With the release of MatterControl 1.1, it's clear the team from Lake Forest, CA. is doing everything it can to make personal 3D printing more inviting, or perhaps just plain easier. Not only does version 1.1 herald a list of new features, it offers a new plug-in most users will find very handy.

Primarily printer control software, in its previous incarnation, MatterControl dipped its toes into the content creation waters by adding a plug-in called Text Creator. The plug-in turns typed letters into 3-dimensional objects. These text objects can then be 3D printed, resulting in a physical 3D sign that can be hung on a wall or placed on a desk. All of this is done within MatterControl, never opening 3D modeling software.

MatterControl 1.1 goes a step further, including a demo of the software's first commercial plug-in, called Image Convertor. Like Text Creator, Image Convertor is another automatic modeling feature, except instead of extruding fonts, it extrudes rasterized bitmap images in either PNG or JPG format.

There are similar abilities in various modeling programs, but most require a vector graphics source, such as art made with Adobe Illustrator or CorelDRAW. These methods often involve manual tweaking, particularly if the modeling software converts the 2D line art into splines which then have to be extruded, resulting in polygons with an obscene number of edges that frequently don't react very well during triangulation for STL output. In MatterControl, the user doesn't need to understand or deal with any of that, he or she just needs to know how to open an image file and click a couple of buttons. This makes the new Image Convertor plug-in enticing, even though it isn't free. But at $25 ($15 special introductory pricing), most will probably want it, not only because it could save a modeling-savvy user time, but because it is another tool that makes model creation possible for those who don't know anything about 3D modeling.

One can either load his or her own image as the source or use the built-in Google search feature to find graphics on the internet. There are options for size and extrusion height (don't forget to hit the Apply button to see changes) and the source can be inverted, so that the model ends up being a cut-out of the image. For those interested in learning more, MatterHackers recently posted a tutorial for the plug-in on its web site.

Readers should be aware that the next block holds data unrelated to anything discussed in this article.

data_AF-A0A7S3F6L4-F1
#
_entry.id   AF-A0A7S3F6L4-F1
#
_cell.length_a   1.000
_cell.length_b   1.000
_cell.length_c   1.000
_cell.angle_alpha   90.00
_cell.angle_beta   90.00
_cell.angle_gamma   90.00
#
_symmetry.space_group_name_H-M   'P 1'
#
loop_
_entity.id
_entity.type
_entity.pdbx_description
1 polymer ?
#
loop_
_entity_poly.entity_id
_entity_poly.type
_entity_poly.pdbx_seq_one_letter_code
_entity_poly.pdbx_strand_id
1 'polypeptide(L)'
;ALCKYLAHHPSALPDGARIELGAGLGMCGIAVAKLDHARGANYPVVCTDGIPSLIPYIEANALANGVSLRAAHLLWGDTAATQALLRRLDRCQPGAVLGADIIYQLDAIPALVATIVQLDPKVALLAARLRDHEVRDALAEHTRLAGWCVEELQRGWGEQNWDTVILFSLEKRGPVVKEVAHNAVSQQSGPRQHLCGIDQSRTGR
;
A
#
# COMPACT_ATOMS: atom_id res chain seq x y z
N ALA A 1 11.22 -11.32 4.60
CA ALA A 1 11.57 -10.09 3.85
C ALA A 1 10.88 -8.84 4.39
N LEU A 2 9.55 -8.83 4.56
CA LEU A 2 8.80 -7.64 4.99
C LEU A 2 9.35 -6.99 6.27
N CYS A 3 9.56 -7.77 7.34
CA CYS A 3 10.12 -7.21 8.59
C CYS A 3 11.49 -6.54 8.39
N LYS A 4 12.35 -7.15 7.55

While Image Convertor draws the spotlight due to its fun factor, the meat and potatoes of MatterControl also got its fair share of upgrades.

"This update is certainly our most ambitious to-date, and it's hard to know where to begin in describing everything that's been added," said Kevin Pope, MatterHackers COO. "By incorporating continued feedback we've made it better, bolder, and more capable in almost every way."

New Major Features:

  • MatterSlice: MatterControl now comes with its own slicing engine, considered to be an improvement over alternatives.
  • Material/Quality presets: Users can now select slice setting presets for Material and Quality. There are also preset options for beginners, for any Plug-and-Print supported printer model.
  • Widescreen Mode/Expanded Themes: The MatterControl UI is now a responsive design – it automatically expands to fit the screen space it is given. A new collection of light background themes has also been added.
  • Detailed Print History: Past print jobs can be viewed and repeated.

Minor Changes:

  • Pause, cancel, resume functionality can now be assigned custom G-code.
  • Added visualization for retraction and partial path viewing to G-code view.
  • When parts are repositioned in the plate editor, the offsets are now preserved.
  • Localization support has been added. Translations are forthcoming.
  • Saving part file edits is now significantly faster.
  • Loading images is now faster (uses caching).

MatterControl works with most open standard 3D printers and can store profile settings for multiple machines. There are also manufacturer-specific versions available for Airwolf, SeeMeCNC and RoBo 3D.